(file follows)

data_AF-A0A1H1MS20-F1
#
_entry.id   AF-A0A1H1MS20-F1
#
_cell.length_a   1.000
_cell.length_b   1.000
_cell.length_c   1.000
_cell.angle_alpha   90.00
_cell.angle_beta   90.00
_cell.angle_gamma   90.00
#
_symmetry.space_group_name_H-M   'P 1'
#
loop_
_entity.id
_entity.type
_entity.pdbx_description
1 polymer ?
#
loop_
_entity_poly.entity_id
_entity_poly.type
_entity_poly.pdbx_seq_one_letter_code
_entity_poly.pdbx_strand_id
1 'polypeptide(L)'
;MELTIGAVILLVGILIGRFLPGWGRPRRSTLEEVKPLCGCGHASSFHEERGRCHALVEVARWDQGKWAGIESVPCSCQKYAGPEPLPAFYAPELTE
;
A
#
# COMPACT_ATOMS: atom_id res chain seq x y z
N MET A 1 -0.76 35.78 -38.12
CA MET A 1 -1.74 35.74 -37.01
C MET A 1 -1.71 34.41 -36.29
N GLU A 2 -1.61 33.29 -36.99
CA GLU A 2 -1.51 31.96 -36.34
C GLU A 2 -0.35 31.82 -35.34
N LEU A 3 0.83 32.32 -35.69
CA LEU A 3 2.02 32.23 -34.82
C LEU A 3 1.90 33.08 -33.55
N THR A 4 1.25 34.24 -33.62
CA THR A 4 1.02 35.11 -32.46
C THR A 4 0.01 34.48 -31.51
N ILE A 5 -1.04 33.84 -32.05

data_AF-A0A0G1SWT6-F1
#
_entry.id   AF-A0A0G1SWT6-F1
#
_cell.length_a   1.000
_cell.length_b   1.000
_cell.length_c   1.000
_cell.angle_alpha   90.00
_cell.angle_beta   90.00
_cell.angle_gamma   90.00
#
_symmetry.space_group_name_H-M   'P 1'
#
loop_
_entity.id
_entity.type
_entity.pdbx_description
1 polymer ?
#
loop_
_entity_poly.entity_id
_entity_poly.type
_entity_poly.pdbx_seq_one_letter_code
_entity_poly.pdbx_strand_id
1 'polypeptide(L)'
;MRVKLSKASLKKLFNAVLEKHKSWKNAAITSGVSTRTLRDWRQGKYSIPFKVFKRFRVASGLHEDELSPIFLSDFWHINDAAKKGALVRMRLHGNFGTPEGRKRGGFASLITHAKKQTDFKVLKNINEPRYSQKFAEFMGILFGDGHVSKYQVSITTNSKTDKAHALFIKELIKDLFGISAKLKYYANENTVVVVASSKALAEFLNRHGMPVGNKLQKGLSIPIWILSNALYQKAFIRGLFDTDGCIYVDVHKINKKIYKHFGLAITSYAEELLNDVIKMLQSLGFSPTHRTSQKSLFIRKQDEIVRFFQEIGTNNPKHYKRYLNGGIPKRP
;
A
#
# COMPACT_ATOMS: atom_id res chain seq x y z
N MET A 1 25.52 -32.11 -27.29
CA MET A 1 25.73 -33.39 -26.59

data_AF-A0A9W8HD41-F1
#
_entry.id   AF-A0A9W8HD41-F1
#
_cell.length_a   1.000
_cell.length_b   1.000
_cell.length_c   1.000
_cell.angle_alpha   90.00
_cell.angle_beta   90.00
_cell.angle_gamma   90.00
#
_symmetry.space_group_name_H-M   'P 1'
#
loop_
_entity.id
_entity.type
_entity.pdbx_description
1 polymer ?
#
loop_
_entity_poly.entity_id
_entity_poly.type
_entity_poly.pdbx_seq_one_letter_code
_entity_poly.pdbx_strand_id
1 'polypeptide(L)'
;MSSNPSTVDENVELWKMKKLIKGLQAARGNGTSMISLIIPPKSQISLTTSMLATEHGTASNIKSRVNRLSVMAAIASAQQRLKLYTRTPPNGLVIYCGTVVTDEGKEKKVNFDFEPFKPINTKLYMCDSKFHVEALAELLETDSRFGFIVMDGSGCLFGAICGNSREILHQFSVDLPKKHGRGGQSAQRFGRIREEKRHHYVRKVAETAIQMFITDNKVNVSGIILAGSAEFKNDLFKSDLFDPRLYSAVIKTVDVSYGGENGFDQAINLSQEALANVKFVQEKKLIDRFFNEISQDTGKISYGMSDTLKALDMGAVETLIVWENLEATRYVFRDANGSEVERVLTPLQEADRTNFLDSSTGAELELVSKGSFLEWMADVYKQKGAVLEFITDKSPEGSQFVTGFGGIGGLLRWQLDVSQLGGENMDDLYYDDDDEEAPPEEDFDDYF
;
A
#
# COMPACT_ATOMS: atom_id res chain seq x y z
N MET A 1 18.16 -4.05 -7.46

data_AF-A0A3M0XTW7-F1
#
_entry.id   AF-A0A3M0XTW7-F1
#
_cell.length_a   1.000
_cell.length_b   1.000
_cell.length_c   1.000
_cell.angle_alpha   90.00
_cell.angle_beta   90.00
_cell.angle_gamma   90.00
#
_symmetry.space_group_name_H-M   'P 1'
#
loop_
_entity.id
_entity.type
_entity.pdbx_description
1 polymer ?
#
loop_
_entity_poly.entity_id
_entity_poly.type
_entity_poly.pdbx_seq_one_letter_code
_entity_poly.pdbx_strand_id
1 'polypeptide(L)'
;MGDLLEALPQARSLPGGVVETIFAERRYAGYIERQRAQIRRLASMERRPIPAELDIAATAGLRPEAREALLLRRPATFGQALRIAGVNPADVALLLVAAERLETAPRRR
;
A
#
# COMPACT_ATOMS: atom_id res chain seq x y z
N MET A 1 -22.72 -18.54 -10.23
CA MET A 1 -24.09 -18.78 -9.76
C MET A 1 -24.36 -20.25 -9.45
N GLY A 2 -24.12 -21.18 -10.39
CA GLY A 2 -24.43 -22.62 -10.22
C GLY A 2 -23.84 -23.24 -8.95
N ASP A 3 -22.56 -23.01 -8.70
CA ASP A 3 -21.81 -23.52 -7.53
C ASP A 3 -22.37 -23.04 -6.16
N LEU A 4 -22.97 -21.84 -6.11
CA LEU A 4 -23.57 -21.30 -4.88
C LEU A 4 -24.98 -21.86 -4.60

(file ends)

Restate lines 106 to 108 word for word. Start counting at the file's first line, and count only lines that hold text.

N MET A 1 18.16 -4.05 -7.46

data_AF-A0A3M0XTW7-F1
#